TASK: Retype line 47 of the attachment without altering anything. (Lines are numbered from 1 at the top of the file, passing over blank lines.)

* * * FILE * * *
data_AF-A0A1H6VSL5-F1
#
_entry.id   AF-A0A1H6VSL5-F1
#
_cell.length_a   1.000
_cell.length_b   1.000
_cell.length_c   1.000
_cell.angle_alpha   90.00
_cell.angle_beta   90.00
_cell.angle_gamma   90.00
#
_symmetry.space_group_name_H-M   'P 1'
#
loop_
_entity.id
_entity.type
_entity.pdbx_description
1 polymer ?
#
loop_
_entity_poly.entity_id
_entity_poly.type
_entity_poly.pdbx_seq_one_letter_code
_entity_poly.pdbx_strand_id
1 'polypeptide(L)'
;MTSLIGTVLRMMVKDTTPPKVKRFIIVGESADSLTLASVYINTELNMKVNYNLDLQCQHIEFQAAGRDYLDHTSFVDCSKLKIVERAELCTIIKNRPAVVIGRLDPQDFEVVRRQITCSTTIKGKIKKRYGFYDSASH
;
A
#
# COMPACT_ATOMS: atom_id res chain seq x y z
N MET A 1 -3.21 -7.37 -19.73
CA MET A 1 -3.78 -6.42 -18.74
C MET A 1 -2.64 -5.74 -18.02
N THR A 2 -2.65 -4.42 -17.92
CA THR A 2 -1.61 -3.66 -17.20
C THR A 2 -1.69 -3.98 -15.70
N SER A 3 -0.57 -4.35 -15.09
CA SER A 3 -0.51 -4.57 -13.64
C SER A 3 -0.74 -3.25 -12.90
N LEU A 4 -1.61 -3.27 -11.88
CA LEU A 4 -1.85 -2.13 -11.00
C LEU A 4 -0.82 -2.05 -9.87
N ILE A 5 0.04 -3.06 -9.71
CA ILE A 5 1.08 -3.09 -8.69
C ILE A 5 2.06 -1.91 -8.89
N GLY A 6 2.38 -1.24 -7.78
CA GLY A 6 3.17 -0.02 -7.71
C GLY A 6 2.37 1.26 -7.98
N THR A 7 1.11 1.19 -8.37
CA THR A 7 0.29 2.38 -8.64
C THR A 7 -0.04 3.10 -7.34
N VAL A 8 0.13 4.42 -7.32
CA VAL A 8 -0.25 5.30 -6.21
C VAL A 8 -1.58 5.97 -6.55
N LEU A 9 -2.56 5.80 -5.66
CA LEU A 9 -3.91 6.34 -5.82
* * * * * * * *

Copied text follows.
CA GLY A 6 3.17 -0.02 -7.71